Russian President Vladimir Putin thanked the nation on Monday for showing solidarity after an armed rebellion declared by the private military group “Wagner” ended less than 24 hours later.
In his first statement after the end of the uprising, Putin also thanked the fighters of ‘Wagner’, who prevented the situation from worsening and turning into ‘bloodshed’. He said that all necessary steps were taken to save the country and its people from insurgency.
Putin blamed “Russia’s enemies” for the uprising and said they had “miscalculated.” The Kremlin (Russia’s presidential office) sought to demonstrate the country’s stability in a video released Monday by officials. tried. In this video, the Defense Minister of Russia is seen taking stock of the security forces in Ukraine.
At the same time, ‘Wagner’ chief Yevgeny Prigozhin said that he was not trying to stage a coup, but was trying to save his private military group from destruction. “We started our march because of an injustice,” he said in a statement. Prigozhin did not say where he is now or what his future plans are.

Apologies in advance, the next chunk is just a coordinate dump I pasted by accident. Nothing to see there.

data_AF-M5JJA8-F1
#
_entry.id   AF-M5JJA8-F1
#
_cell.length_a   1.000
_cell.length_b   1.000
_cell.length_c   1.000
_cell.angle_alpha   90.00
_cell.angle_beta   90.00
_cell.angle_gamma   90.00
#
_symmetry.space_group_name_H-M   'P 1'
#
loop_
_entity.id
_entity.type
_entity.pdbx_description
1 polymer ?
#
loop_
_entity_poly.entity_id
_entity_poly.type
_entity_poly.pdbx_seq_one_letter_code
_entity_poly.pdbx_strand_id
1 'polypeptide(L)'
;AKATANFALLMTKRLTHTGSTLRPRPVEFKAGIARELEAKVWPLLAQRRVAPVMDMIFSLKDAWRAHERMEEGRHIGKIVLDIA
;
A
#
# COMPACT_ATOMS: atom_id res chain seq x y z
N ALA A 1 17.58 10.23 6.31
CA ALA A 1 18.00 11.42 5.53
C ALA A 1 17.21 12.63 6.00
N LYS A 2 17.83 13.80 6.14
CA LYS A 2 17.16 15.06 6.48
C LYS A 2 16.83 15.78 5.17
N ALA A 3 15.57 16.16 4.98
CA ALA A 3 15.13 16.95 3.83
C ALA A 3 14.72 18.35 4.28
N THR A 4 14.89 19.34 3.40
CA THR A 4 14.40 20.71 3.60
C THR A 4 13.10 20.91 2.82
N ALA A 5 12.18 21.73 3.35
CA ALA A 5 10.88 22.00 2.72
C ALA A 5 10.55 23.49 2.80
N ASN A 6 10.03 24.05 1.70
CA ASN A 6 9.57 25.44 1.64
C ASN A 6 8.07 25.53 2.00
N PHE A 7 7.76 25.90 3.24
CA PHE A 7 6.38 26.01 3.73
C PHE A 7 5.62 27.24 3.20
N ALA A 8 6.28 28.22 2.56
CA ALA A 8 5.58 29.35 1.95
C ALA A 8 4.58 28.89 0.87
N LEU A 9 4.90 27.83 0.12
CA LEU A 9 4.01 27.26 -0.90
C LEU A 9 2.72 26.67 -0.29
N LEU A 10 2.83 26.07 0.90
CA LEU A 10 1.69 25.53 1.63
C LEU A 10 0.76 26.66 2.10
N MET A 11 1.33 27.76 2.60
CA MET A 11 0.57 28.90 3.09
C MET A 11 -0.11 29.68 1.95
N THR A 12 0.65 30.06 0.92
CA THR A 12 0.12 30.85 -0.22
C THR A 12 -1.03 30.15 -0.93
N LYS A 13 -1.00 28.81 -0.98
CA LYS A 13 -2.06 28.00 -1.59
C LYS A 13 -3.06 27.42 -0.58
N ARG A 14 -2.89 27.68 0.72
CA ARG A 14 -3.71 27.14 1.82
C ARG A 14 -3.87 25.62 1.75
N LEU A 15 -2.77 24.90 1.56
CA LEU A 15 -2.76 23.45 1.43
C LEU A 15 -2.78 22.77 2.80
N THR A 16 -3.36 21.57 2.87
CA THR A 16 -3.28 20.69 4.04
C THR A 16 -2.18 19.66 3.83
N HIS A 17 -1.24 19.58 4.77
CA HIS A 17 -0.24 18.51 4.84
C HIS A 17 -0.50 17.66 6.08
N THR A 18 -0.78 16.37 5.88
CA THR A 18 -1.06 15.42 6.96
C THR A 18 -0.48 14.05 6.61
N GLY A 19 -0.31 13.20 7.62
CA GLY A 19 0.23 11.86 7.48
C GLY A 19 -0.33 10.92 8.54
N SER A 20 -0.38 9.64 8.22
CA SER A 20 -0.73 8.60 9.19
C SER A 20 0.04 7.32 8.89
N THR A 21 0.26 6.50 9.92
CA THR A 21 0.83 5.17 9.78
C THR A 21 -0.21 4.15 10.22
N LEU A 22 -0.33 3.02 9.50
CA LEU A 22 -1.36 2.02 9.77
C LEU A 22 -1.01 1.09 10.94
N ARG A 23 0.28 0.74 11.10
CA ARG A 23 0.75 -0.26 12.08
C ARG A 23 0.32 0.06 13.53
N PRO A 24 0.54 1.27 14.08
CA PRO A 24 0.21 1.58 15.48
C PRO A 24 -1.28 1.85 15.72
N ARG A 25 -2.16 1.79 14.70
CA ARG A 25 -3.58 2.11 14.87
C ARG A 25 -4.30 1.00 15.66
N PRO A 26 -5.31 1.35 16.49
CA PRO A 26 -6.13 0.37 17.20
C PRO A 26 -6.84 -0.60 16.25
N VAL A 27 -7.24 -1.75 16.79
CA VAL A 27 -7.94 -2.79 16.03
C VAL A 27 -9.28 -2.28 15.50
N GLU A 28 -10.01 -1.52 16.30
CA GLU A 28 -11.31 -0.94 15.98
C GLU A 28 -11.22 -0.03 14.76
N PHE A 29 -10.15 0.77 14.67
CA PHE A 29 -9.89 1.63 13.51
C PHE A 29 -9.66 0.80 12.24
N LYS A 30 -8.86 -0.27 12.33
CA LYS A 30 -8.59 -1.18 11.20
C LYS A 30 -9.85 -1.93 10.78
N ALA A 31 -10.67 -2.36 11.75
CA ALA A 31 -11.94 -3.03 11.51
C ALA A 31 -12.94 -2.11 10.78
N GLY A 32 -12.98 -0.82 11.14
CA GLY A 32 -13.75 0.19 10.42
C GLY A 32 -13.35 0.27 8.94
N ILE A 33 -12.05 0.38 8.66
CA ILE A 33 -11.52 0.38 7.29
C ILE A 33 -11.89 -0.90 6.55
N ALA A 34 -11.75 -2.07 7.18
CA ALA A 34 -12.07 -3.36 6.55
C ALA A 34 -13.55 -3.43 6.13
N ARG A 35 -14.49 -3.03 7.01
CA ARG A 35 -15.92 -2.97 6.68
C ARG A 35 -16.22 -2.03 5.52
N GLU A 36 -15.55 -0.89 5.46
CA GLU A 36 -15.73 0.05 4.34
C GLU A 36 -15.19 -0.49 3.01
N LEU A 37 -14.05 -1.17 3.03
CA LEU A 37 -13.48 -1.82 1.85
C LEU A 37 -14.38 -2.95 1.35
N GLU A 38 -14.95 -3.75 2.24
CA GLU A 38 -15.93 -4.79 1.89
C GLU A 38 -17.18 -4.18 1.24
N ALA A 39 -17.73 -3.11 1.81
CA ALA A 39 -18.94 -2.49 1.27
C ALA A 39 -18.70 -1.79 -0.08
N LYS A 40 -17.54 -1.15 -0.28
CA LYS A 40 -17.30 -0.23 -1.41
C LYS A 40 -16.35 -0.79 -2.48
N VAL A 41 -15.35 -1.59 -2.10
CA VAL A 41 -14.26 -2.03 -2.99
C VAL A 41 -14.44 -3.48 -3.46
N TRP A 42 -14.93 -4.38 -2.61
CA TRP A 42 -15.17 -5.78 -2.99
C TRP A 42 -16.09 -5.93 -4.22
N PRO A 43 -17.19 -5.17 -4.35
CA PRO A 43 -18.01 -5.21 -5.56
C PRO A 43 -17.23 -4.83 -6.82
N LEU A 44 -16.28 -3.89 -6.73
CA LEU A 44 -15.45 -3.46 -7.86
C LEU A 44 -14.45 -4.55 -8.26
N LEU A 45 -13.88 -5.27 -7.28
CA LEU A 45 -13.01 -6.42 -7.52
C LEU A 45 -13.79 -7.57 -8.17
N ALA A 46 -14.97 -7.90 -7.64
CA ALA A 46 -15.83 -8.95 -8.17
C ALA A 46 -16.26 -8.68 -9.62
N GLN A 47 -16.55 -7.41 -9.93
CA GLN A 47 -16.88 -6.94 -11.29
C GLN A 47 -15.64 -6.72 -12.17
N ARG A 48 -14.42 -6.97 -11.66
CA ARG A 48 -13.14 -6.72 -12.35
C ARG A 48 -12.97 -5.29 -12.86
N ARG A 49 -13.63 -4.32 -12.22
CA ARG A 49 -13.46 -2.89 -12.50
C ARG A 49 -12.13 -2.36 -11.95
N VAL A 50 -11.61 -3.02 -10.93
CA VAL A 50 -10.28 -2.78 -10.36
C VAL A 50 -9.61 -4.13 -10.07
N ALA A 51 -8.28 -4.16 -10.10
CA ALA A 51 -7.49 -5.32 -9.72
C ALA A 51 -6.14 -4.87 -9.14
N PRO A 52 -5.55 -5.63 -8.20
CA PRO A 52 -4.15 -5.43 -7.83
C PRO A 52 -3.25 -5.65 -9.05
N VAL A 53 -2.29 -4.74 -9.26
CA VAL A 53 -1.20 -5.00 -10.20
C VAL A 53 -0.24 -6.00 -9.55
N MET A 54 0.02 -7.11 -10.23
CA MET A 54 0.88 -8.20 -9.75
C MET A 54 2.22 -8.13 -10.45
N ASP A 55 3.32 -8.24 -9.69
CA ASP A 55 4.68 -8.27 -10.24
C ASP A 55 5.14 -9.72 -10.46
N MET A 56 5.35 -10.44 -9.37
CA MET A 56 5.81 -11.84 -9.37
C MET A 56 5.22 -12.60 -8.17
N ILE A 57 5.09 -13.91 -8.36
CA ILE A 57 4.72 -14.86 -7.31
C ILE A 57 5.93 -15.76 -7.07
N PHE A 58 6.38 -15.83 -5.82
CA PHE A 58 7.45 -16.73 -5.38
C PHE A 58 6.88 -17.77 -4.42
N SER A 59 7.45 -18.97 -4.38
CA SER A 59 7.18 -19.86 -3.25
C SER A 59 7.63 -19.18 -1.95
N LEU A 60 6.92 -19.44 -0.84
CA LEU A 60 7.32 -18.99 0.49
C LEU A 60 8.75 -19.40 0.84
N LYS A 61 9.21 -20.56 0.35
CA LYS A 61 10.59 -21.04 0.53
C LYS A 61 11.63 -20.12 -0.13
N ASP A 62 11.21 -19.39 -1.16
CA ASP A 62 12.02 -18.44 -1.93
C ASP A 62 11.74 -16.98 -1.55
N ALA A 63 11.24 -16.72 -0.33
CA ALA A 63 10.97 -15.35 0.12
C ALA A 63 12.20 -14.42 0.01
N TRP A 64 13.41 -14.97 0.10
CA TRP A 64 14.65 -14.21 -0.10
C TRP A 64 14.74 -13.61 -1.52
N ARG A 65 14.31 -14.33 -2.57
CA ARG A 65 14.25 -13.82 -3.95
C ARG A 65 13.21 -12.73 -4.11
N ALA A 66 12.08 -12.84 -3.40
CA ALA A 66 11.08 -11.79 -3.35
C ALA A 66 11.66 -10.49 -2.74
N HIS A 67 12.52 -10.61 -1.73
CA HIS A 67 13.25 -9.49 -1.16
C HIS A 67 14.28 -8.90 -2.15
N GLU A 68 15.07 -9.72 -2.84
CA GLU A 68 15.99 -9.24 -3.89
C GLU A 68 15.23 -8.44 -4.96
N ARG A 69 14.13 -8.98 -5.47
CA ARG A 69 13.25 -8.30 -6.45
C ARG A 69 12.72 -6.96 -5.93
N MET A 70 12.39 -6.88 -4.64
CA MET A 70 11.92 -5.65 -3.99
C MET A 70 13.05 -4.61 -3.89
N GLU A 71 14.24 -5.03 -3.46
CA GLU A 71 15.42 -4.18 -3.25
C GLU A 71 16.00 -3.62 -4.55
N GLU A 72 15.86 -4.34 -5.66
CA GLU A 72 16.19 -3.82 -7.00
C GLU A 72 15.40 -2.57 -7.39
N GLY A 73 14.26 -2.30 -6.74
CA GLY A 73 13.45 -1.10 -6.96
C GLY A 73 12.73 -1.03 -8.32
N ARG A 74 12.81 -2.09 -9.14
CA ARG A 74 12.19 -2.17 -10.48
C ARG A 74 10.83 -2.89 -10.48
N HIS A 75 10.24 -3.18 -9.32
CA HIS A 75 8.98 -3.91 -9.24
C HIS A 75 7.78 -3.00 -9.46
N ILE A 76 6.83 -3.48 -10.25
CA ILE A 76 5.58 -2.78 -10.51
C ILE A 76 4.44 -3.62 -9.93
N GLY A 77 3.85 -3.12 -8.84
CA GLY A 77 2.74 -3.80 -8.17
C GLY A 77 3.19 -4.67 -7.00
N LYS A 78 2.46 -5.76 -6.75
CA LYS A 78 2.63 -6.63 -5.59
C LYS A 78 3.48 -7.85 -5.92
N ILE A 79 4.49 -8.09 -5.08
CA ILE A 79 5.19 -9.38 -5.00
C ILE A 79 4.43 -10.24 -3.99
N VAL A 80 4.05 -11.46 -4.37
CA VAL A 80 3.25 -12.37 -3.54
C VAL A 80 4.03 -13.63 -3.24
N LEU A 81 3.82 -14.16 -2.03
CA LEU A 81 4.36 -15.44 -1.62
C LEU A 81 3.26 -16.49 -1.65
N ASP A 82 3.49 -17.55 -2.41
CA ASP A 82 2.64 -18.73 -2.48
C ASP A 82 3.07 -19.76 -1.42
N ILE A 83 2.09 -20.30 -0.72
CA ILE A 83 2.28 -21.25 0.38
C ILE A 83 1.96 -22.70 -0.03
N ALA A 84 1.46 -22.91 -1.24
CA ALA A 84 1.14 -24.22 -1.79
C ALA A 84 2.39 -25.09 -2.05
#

The tussle between the ‘Wagner’ chief and Russian military officials continued throughout the war, culminating in an uprising at the weekend when the group’s fighters left Ukraine to seize military headquarters in a key city in southern Russia. They started marching towards Moscow without facing any hindrance.
However, their rebellion ended in less than 24 hours as part of an alleged settlement. The Kremlin said it had reached an agreement with Prigozhin, under which he and the group’s fighters would go into exile in Belarus and no prosecution would be conducted against them. There was no confirmation on Prigozhin as of Monday, but a popular Russian news channel reported on the communications app Telegram that the Wagner chief was at a hotel in the Belarus capital Minsk.